Covid-19 rages on. The more it sinks the global economy, the more worried would-be business school applicants get.
That’s what the data shows in a new survey from the Graduate Management Admission Council. In a May 6 post at the GMAC Advisor blog, Rahul Choudaha, GMAC’s director of industry insights and research communications, writes that a survey of more than 1,000 B-school prospects shows that the uncertainty caused by Covid-19 has “amplified the concerns of candidates in a period of a few weeks,” with those saying they are “very” or “extremely” concerned about the job market rising from 13% in mid-March to 35% by the end of the month, then to 41% by mid-April. The level of concern was greatest for MBA candidates: 53%, up from 13% in mid-March; and internationals — those whose preferred study destination is not their country of citizenship — were more worried than domestic candidates, 51% to 48%, respectively. (See table below.)
Are the concern levels likely to have gone up since April 15, which is nearly a month ago? Choudaha notes that because the rate of increase slowed between the second and third periods in the snapshot, candidates for graduate management education may be normalizing the disruption of the pandemic and adjusting their views accordingly.
“By definition, in times of economic uncertainty, we are less tolerant of risk,” Choudaha tells Poets&Quants. But, he adds, “based on history, this is where we can potentially see an increase in demand for graduate management education, as an advanced business degree provides an ability to mitigate risk in the immediate short-term while providing a long-term annuity of tangible and intangible returns over time.”
INTERNATIONAL CANDIDATES MORE LIKELY TO CONSIDER DELAY IN APPLYING
GMAC’s analysis is based on 1,141 responses to the Prospective Student Survey collected between March 4 and April 15. The sample is primarily composed of prospective students who are actively applying (25%) and who are currently researching programs (36%); nearly two-thirds of respondents (62%) reported that they are planning to enroll in a graduate business program within the next year.
Concern is one thing, but is the coronavirus pandemic causing respondents to actually consider a delay in their pursuit of a graduate business degree? Overall, the proportion of candidates who say that waiting is an alternative increased from 17% on March 15 to 44% on March 31, and reached a peak of 51% on April 15. “After a sharp increase in consideration of this alternative in the initial snapshot period, the percent increase has stabilized,” Choudaha writes.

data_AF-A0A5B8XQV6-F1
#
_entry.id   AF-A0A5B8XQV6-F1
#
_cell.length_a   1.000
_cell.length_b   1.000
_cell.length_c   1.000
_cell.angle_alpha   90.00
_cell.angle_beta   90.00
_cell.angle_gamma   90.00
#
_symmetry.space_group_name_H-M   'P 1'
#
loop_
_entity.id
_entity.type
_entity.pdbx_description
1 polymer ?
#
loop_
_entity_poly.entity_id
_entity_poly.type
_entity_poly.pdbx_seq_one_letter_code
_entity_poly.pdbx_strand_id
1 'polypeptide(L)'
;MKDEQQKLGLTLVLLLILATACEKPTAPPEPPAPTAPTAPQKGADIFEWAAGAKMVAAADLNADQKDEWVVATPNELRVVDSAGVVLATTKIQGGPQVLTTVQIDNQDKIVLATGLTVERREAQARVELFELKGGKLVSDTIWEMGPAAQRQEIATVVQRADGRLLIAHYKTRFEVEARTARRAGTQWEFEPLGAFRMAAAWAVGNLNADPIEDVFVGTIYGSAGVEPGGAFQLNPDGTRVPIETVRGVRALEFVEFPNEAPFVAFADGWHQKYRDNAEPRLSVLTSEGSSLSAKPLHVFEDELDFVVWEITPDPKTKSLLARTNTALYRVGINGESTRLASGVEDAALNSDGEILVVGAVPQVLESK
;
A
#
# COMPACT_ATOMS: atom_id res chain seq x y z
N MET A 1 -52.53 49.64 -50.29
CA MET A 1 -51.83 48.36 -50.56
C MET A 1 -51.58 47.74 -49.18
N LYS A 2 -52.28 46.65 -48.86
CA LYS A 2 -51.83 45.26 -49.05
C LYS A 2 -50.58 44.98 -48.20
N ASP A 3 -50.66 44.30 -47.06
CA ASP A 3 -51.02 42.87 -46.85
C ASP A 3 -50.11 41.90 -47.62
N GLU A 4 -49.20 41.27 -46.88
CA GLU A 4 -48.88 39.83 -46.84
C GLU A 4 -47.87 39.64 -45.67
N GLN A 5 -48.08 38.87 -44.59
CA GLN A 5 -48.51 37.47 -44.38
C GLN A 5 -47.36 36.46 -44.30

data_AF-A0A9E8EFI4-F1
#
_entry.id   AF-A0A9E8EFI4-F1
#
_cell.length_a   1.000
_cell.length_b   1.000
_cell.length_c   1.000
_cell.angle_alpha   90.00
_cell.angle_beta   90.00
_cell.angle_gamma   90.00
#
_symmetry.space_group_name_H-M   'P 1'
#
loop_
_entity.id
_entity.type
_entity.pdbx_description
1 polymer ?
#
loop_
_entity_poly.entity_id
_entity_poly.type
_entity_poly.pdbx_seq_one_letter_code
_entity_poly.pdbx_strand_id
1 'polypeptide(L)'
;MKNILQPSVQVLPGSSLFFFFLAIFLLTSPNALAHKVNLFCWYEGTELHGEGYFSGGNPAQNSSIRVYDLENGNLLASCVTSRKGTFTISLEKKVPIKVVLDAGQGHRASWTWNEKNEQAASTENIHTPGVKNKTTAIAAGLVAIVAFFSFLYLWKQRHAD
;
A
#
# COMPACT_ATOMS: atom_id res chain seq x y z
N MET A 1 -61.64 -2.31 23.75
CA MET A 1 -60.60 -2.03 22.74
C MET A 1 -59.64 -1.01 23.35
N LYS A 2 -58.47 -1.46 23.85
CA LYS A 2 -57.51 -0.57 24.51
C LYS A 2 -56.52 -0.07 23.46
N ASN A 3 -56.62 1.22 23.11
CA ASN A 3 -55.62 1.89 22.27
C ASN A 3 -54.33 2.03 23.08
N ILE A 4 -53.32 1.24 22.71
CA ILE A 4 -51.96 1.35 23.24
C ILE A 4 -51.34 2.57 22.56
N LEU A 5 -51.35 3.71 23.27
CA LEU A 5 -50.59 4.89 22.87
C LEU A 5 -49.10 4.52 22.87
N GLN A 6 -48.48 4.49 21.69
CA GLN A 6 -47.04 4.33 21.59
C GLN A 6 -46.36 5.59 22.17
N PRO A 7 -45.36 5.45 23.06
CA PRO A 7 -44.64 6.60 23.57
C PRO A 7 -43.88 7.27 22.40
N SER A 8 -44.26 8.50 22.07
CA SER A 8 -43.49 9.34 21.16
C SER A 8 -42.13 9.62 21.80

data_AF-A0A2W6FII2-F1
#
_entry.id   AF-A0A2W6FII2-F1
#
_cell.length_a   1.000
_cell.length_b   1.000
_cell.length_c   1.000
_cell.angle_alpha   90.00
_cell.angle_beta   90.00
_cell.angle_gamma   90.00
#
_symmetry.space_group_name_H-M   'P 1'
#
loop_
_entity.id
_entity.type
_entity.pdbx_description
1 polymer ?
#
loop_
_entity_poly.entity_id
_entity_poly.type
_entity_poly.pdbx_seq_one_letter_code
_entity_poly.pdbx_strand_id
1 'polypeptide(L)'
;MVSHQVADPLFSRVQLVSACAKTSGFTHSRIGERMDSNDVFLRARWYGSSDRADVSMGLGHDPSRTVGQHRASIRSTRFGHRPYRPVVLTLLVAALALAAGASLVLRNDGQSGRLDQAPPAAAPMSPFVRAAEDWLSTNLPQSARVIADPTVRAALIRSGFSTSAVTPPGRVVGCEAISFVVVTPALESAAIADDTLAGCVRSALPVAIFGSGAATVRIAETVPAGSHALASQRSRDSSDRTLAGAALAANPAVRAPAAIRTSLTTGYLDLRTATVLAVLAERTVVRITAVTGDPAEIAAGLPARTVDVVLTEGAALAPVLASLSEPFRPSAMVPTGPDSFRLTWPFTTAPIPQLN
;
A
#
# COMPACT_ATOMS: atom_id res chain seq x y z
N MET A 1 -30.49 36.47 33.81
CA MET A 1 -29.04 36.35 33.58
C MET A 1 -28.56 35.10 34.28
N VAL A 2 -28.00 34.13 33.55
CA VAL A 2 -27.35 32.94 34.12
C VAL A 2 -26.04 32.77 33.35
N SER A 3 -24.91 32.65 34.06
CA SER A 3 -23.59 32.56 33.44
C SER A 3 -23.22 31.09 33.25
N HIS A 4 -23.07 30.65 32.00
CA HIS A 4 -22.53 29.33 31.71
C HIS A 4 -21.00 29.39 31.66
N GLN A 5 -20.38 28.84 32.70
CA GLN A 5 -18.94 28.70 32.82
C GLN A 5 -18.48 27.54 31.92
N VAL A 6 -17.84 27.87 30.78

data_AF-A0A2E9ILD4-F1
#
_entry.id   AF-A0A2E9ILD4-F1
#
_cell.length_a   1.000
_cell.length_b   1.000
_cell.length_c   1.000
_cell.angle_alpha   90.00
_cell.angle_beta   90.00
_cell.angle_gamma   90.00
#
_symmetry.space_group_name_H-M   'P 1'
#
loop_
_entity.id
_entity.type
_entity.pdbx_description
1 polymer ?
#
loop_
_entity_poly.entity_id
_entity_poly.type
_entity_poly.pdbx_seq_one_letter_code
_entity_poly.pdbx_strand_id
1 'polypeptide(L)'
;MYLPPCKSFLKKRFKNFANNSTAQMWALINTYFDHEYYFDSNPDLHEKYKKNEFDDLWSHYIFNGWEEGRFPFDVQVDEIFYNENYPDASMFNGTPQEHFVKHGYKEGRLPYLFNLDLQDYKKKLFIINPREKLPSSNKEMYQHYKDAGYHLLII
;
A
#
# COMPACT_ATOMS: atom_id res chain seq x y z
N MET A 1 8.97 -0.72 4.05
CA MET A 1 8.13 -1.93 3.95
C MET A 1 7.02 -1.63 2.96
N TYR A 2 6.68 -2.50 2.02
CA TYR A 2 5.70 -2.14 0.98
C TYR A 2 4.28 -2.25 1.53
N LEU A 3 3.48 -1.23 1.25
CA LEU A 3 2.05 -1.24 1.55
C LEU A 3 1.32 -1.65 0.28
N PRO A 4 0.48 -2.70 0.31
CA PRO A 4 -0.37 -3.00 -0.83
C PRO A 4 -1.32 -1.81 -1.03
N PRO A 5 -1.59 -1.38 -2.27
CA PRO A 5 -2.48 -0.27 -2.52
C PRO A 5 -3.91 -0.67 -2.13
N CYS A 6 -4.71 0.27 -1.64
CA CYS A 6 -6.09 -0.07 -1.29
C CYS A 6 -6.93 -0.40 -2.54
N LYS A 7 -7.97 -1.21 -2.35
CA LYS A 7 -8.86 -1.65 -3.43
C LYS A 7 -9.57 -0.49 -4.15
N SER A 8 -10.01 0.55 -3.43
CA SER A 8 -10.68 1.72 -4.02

International candidates (26%) were more likely to report delaying pursuit of graduate management education as an alternative as compared to domestic candidates (7%) by March 15. Over the next two periods, the proportion of international candidates considering delay continued to increase, from 47% by March 31 to 56% by April 15, while stabilizing for domestic candidates: “Initially,” Choudaha writes, “only 7% of domestic candidates were not considering delaying pursuit of GME; however, that dramatically shifted over time, growing to 43% by March 31, before stabilizing to 46% by April 15.”
‘COVID-19 HAS CLEARLY PLAYED THE ROLE OF DISRUPTOR’
While delay is a consideration for many, coronavirus isn’t changing candidates’ long-term aspirations. “Overall,” Choudaha writes, “the proportion of candidates reporting no longer pursue GME as one of the alternatives due to the impact of Covid-19 was less than 10% — increasing from 3% by March 15 to 8% by March 31 and remaining at that level through April 15.”
“GMAC research has shown that career acceleration and diversification is a the core for people who choose to pursue graduate management education,” says Choudaha, who joined GMAC in March after years as a U.S.-based international education expert and blogger whose analysis of international student trends has been featured in such media outlets as the Wall Street Journal, the New York Times, the Washington Post, and the BBC.
“Covid-19 has clearly played the role of disruptor, both through its impact on the classroom as well bringing the global economy to a halt. However, while communities are working through those challenges, a positive takeaway from our data is that aspiration for management education remains high, perhaps slowing timelines for certain candidates, but not their motivation to do good through going to business school.”
Meanwhile, B-schools with strong online platforms and programs are better-prepared for what comes.
“Business schools are working hard to meet the needs of not just their prospective students, but current students and alumni who are also facing challenges in the current environment,” Choudaha says. “From a course offering perspective, business schools who were already offering robust online programs are in a better position to scale those more quickly, as schools adjust to what has become a virtual environment.”
The different testing landscape is unlikely to be a major factor, adds GMAC’s Vineet Chhabra, senior director and head of the Graduate Management Admission Test product, despite GMAT’s temporary move to virtual. “Demand for the GMAT Online has been strong as candidates work to meet specific B-school admissions deadlines, a driving force behind our bringing the interim solution to market,” Chhabra tells P&Q. “It was important for GMAC to provide candidates and schools with a solution that allows them to discover and evaluate each other in what remains a predominant virtual environment.”
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